Conor McGregor spoke about his fatigue problem after his fight with Floyd Mayweather. McGregor explained how he thought that if the bout had gone further, he would have been able to return to his form.
The fight between Conor McGregor and Mayweather happened on August 26, 2017. It was an extremely successful cross-style event where the boxing legend, with a record of 49-0, took his chances against one of the best MMA fighters ever.
The former UFC double-champion talked in the post-fight press conference about Mayweather's qualities, the difference between mixed martial arts and boxing, and whether he could have won the fight referee did not stop it in the tenth round.
"I thought I pushed you up in the earlier rounds, but I tell you what: You are one composed individual. You took it in when you needed to took in; I thought you switch up your game plan three times. I didn't anticipate that three-game changes in the fight. That's what a true champion does. I have to give respect to that," said Conor McGregor at the post-fight press conference. "[It] was a hell of a fight. I would have liked to see the end of the 10th [round]. I think fatigue is like a patch. There's a patch somewhere in the middle of fights, even with the Diaz II fight; I have this patch where I must overcome. I get a little wobbly, but it is more fatigue. If you look at the Diaz II fight, I've come through that, came back [for] round four, round five... I would have liked to see the end of round ten and see what would have brought us, but [Floyd is a] hell of a competitor. Switched the rope, kept the pressure. You've got to give your hat off to Floyd, a hell of a career, congratulations."
Known for his explosive fighting style, starting fired up from the first few seconds of the fight, Conor McGregor only passed through the third round twice in his MMA career. In the rematch mentioned above with Nate Diaz, and most recently, in his defeat to Khabib Nurmagomedov.
In boxing, there are 12 rounds of three minutes each, which could scale up to 36 minutes of battle. In the UFC, on the other hand, main event fights can last 25 minutes maximum, with five rounds of five minutes each.
"One of the main things in [the training] camp was, 'go from five rounds to 12 rounds,' that was obviously the main f*cking thing. I had to experience that 12 rounds of fatigue. And in the spars, with all my sparring partners, when I do the 12 rounds, there was always those middle rounds where I was like, 'I get to say six,' and then I'd be like 'I couldn't see the finish line' I'd be like 'f*ck, I've got so many more rounds left.' And I couldn't see the finish line, but then when I got through them, I got to like round, 10, 11, and certainly 12, I could see, 'okay there's only six minutes left,' and I could dig deep and, and then I get that second wind," said Conor McGregor. "That's why I would love it if I could have just got to the end of that tenth round. But the referee, I thought done a great job. I thought Floyd was phenomenal in there. Very composed, very select with the shots, and that's it. We live, and we learn."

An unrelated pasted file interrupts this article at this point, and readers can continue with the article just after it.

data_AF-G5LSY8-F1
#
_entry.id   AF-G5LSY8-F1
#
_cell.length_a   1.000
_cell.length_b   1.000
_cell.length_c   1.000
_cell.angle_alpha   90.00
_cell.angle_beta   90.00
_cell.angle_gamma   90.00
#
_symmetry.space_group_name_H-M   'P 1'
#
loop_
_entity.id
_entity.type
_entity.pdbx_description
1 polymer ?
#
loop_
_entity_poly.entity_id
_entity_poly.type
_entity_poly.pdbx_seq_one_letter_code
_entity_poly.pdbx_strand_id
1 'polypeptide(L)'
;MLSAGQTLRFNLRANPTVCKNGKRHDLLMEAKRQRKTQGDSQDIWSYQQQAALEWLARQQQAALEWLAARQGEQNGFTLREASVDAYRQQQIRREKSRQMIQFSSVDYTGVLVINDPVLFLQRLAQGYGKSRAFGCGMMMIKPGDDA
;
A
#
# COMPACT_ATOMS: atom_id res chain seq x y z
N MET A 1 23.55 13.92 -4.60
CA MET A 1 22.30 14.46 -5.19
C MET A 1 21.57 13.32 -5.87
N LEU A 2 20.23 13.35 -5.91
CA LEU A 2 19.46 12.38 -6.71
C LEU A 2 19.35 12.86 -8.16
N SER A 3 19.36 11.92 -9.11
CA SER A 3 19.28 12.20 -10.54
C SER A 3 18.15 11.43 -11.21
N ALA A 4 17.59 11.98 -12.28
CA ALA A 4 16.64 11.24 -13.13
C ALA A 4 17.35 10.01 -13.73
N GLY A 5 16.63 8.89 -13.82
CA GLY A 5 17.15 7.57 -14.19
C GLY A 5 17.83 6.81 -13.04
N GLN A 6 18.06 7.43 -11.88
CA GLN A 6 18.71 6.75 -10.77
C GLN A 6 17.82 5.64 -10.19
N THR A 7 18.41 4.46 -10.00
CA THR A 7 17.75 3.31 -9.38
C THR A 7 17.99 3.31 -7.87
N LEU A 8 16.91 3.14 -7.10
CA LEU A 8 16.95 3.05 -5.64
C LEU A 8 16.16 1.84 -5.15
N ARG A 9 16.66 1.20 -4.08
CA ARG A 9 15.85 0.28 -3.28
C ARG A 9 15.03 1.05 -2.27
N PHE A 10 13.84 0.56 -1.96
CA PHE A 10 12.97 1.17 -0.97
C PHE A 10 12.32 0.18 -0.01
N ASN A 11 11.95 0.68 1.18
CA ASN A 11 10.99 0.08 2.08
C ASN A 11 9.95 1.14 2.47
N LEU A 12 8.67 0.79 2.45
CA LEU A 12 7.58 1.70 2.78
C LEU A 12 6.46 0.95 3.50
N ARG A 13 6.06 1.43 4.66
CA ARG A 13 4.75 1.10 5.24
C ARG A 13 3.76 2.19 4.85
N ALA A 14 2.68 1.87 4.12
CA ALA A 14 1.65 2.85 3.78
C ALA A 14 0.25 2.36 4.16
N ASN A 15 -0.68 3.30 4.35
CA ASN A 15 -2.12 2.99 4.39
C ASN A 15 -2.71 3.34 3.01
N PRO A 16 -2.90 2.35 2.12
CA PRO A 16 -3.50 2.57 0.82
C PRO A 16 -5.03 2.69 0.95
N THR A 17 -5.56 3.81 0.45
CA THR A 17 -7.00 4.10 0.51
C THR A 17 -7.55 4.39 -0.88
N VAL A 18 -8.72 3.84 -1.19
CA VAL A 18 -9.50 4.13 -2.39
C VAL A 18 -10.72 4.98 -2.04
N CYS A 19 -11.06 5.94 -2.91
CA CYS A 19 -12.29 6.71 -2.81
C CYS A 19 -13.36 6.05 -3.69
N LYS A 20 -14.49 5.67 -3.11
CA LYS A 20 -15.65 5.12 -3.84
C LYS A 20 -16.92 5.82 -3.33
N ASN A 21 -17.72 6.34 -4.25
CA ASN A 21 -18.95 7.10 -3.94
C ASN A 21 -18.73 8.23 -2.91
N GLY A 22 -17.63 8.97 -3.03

Conor McGregor thinks boxing is very different than MMA
When asked in the post-fight press conference for his opinion on the difference between MMA and boxing, Conor McGregor could not produce a satisfactory answer, but he made it clear that the two combat sports are distinct for him.
"I don't know what the f*ck the difference is, but it's different. It's very different. It's just a little bit more cleaner or something. But I tell you what: I enjoyed it very, very much," said Conor McGregor. "It was an honor for me to come over here to the boxing side and showcase my skills."
Conor McGregor also spoke about the disrespect he felt when many people questioned whether he would be capable of boxing one of the best pugilists in history, Floyd Mayweather.
"I know there was a lot of disrespect and disregard for my [boxing] skill. I'm a multiple weight free fighting World Champion. I was a little bit taken aback by the disrespect and the disregard that I was shown," said Conor McGregor. "In fairness, Floyd and his team never actually showed that disrespect. I enjoyed the fight. It was a great contest and a lot of stuff I'll take with me in my training. People ask me what's next. I'm not quite sure what's next up. [There are] multiple titles in the UFC to think about. I can also continue in the boxing game so... what's next for me is to continue to study and continue to learn. I'm a student of martial arts and fighting. And as a whole, I've studied everyone in the game and all games, including Floyd."
Conor McGregor returns to the octagon on January 23, when the Irishman will rematch Dustin Poirier in a UFC lightweight bout.Published 12 Jan 2021, 05:56 IST